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master steward
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I want to make a play on words.

Sounds like Mighty
But meaning has too many mites

Mitey doesn't look right.
 
steward
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English is a pure democracy. Everyone gets one vote about what it right. And your vote is as authoritative as any.

 
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The mighty power of mites in 'Mitigate'
 
pollinator
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Joseph Lofthouse wrote:English is a pure democracy. Everyone gets one vote about what it right. And your vote is as authoritative as any.



Greftzeekling dal mek korlindar. Barecchiligak skorilgant.

Unless we want to accomplish the actual goal of communication over time, and not be innovative and clever for the sake of being innovative and clever. We could all invent words and unique usages, but then we'd lose meaning, and that which we record will be meaningless to posterity, because they will know what an "ask" is, but will be lost when confronted with the word "question."

I'd prefer to keep English to some sort of standard, preferably Canadian Standard, so as to avoid needlessly truncated words, and unwieldy spellings both.

Wordplay, though, is an entirely different creature. I would be boring and use the word "infested," but I would consider mitey to be appropriate (as in, it conveys the meaning) and clever.

-CK
 
garden master
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r ranson wrote:I want to make a play on words.

Sounds like Mighty
But meaning has too many mites

Mitey doesn't look right.



Mitey totally looks right to me. "Those tomato leaves sure are mitey!".
 
r ranson
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Mite-ee
Mite-y
Mitey
?
 
gardener & author
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Get an Australian friend to say "matey"?
 
Burl Smith
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Rebecca Norman wrote:Get an Australian friend to say "matey"?



LOL M80 https://philosophynow.org/issues/58/The_Death_of_Postmodernism_And_Beyond
 
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there are seven techniques for play on words
1. A double entendre is the use of a ambiguous word that allow for a second usually racy interpretation.
2. A malaprop is the intentional misstatement or misuse of a word or phrase or the accidental substitution of an incorrect word for the correct one which humorous results.
3. An oxymoron is a joining of two incompatible ideas in one phrase.
4. A pun is a word used in such a way two or more of the words possible meanings are active simultaneously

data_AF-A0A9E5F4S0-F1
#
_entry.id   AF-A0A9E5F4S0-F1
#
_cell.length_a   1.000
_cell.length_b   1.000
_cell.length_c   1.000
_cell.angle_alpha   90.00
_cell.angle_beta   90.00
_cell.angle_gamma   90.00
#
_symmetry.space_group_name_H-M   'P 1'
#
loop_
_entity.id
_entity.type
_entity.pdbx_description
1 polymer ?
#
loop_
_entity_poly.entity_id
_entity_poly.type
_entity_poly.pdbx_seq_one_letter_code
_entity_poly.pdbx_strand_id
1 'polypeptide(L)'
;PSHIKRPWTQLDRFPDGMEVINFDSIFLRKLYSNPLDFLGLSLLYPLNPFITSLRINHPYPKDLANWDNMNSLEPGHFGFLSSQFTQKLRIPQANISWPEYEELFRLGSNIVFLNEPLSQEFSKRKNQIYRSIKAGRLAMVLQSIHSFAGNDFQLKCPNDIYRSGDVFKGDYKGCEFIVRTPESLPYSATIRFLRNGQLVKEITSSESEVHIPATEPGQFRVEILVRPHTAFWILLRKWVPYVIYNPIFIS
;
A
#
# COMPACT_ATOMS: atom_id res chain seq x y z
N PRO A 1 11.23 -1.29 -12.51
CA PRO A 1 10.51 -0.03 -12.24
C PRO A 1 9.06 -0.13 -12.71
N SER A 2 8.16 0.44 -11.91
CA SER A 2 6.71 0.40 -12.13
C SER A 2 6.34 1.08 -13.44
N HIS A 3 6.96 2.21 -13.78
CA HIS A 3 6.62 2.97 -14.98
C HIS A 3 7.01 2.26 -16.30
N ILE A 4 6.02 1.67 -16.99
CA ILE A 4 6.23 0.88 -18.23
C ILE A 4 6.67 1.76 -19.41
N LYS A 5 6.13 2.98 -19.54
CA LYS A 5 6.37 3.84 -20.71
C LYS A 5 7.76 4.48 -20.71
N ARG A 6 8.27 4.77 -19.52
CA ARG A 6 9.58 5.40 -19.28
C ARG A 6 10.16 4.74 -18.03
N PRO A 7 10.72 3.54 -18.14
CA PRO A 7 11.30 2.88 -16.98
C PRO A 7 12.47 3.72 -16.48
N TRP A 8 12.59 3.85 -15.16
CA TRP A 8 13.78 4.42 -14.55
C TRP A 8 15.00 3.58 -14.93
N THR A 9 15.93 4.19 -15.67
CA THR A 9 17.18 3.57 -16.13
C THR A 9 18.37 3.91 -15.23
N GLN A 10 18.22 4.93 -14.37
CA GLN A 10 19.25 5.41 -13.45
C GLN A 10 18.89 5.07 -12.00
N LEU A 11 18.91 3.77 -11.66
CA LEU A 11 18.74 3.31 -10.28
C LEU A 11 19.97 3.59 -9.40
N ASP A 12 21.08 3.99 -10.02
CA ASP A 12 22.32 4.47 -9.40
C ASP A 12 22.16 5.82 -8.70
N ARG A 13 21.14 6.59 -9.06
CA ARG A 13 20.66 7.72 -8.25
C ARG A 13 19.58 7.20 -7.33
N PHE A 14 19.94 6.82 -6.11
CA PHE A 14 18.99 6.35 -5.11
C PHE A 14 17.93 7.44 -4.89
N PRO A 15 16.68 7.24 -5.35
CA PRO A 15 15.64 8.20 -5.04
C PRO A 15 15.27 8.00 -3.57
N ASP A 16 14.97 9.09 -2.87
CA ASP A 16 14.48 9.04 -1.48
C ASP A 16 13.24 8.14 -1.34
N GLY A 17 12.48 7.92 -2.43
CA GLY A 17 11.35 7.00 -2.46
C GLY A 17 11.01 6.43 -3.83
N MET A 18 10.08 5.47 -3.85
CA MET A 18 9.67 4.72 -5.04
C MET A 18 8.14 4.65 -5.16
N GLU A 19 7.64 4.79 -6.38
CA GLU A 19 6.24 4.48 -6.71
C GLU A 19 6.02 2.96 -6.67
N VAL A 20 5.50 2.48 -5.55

5. Reforming is the process that adds a twist or of a surprise ending to a cliche (predictable phrase)
6. the simple truth is the opposite of a double entendre, it plays on the literal meaning of a keyword in an idiomatic phrase
7. The Take off is a statement of the standard version of a cliche or express by a realistic but highly exaggerated commentary.

Thanks and regards
Nishantt
 
pollinator
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my dog's ears are awfully mitey!!
(mite-y?)
 
Burl Smith
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nishantt singh wrote:there are seven techniques for play on words
1. A double entendre is the use of a ambiguous word that allow for a second usually racy interpretation.
2. A malaprop is the intentional misstatement or misuse of a word or phrase or the accidental substitution of an incorrect word for the correct one which humorous results.
3. An oxymoron is a joining of two incompatible ideas in one phrase.
4. A pun is a word used in such a way two or more of the words possible meanings are active simultaneously
5. Reforming is the process that adds a twist or of a surprise ending to a cliche (predictable phrase)
6. the simple truth is the opposite of a double entendre, it plays on the literal meaning of a keyword in an idiomatic phrase
7. The Take off is a statement of the standard version of a cliche or express by a realistic but highly exaggerated commentary.

Thanks and regards
Nishantt



This might interest you:
https://books.google.com/books?id=DjGOBAAAQBAJ&printsec=frontcover&dq=%22Lost+History+of+Esoteric+Writing%E2%80%9D+Arthur+M.+Melzer.&hl=en&sa=X&ved=2ahUKEwim-qPrnP7jAhXmmOAKHQljD_YQuwUwAHoECAEQBA#v=onepage&q&f=true
the art of saying something while seeming to say something else.
 
r ranson
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pollinator
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When I was young, my Dad and Stepmother took in a kitten from the stable across the road. He was infested with mites in his ears, and so he got treated for them, and was rid of them... but not the name. He was Mitey... other names had been suggested and even tried, but Mitey stuck.
I even wrote about his story for an English assignment in school (basically a third grade embellishment of the last three sentences), and was horrified that my teacher "corrected" his name! HIS NAME!! (to Mighty) Upon questioning her, she was dismissive and wouldn't change my grade, even suggested that Mighty was a better name anyway.

still remember this 40 years later... scarred for life, I tell you.
 
pollinator
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Mitê, mitée, mity
 
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